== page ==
By Kay Crosse

Introduction

With the focus on learning in the revised Early Years Foundation Stage framework, practitioners should be encouraged to reflect on the learning environment as part of their quality assurance process.

Support for deep-level learning

The Centre for Research in Early Childhood (CREC) has developed two programmes.

  1. Effective Early Learning (EEL) for children aged three to six years.

  2. Baby Effective Early Learning (BEEL) for children from birth to three years.

Both programmes support practitioners in auditing the ways in which they support deep-level learning in young children, also providing a basis for professional development. Following the relevant training, practitioners are empowered and enabled to carry out observations which feed into small- scale action research activity.

In this way, the quality of children’s learning and adult–child interactions are observed then evaluated, leading to improvements that are totally relevant to the provision and the staff working in that provision. Many staff feel more confident in bringing about improvement when they have used EEL and BEEL, as the programmes use an evidence-based approach.

Evaluating learning

The methods of observation used in EEL and BEEL are based on the approaches initiated by Professor Ferre Laevers of the Leuven University in Belgium. One aspect is to observe how deeply children are involved in the learning experiences both adult-led and child-initiated. Practitioners know that when children are fully involved they are likely to be learning at a deep level resulting in high-quality, sustainable learning.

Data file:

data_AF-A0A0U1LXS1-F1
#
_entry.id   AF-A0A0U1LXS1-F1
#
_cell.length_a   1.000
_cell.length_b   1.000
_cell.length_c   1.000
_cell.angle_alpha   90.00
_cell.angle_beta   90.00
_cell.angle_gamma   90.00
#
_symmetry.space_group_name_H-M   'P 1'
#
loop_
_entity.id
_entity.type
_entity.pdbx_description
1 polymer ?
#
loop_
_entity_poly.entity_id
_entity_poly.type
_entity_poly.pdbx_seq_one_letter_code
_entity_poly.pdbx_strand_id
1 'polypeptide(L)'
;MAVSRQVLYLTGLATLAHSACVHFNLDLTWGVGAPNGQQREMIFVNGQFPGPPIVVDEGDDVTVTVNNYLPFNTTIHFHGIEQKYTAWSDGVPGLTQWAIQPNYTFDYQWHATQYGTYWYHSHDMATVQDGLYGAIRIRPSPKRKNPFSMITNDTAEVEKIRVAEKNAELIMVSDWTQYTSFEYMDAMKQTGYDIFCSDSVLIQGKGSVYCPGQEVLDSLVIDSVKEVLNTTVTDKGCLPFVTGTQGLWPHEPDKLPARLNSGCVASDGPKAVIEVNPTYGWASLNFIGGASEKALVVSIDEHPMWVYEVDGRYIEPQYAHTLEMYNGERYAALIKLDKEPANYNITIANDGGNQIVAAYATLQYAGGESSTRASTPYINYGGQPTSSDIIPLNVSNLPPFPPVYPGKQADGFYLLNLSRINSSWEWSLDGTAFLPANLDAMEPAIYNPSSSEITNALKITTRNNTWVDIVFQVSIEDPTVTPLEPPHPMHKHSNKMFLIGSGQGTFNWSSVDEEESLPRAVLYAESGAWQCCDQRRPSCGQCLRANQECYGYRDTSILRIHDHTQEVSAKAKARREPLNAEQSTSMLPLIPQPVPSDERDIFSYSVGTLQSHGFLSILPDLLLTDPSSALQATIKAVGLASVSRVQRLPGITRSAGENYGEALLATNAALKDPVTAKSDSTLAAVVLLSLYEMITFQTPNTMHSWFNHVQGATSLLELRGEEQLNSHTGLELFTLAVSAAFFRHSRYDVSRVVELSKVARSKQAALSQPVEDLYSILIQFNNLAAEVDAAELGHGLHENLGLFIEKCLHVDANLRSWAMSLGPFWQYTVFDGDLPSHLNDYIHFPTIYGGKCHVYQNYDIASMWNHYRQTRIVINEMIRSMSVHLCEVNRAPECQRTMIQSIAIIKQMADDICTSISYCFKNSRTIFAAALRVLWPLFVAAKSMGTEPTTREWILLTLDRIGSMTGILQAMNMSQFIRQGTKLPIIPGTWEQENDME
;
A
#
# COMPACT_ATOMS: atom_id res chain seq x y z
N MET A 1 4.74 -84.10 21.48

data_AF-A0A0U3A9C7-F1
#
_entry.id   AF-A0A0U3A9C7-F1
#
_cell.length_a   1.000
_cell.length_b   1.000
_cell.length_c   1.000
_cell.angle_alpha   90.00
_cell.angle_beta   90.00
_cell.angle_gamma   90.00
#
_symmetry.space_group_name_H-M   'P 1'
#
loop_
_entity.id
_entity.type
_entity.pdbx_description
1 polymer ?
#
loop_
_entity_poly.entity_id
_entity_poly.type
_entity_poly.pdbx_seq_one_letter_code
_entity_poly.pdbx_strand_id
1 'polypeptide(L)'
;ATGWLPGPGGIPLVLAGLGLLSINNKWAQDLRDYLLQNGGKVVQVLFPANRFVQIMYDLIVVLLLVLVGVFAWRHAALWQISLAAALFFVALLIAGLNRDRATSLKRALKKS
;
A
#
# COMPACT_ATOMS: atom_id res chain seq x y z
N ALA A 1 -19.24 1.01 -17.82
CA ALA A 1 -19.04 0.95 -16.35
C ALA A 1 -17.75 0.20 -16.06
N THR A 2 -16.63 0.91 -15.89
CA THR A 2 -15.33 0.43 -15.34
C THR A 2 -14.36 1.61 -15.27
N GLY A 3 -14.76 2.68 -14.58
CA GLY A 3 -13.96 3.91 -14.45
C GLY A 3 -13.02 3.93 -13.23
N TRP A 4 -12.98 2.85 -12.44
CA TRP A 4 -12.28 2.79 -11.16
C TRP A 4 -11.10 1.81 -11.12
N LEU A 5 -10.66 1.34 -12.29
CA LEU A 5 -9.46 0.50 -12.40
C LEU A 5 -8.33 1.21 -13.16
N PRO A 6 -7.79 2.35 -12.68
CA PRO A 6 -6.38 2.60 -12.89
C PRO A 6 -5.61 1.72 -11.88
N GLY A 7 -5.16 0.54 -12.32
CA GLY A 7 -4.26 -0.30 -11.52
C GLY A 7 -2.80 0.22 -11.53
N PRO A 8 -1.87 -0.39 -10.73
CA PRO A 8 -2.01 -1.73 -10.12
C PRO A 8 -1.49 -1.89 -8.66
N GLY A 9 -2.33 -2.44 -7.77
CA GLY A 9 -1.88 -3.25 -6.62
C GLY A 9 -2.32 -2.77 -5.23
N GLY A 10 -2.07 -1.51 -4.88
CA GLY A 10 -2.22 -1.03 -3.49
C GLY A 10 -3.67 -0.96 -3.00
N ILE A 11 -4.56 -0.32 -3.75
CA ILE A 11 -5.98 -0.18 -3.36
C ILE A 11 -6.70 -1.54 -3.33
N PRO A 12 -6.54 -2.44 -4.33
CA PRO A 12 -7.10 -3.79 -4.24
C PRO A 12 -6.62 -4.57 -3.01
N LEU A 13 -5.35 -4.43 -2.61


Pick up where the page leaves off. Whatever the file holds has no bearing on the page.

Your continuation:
The EEL and BEEL programmes offer ways of evaluating learning, using observations, based on a five-point scale starting from:

  • scale one — an absent or passive attitude with no signs of exploration or interest

up to:

  • scale five — being continuously absorbed in the activity, showing high motivation, alertness, precision and enjoyment.

Practitioners can download the full five-point scale by searching for the Leuven Involvement Scale. Sharing the information gained from practitioners and parent observations will enable parents to become more involved in their children’s learning.

Evaluating staff

Another benefit of developing practitioners’ skills in observing children’s learning is that the focus on deep-level learning is also the focus of the Ofsted inspector, as the involvement of children is a key to evaluating whether or not learning is taking place.

The EEL and BEEL programmes also have scales relating to adult–child interactions, which can be used to look at staff performance and as evidence for performance management. Relevant information can then feed into the organisation’s development and business plan as well as the individual member of staff’s professional development plan.

For the BEEL programme, where the key person’s interactions with their children are at the centre of high-quality learning and development, the observations focus on the child’s:

  • sense of location in the world

  • inner motivation to find out about the world

  • ability to try different things

  • ability to interact with other children and adults, looking at who initiates the interactions.

Conclusion

Using the EEL and BEEL programmes supports critical, reflective thinking enabling practitioners to work with colleagues to bring about quality improvement, which promotes equality of opportunity and cultural diversity.

Last reviewed 11 January 2013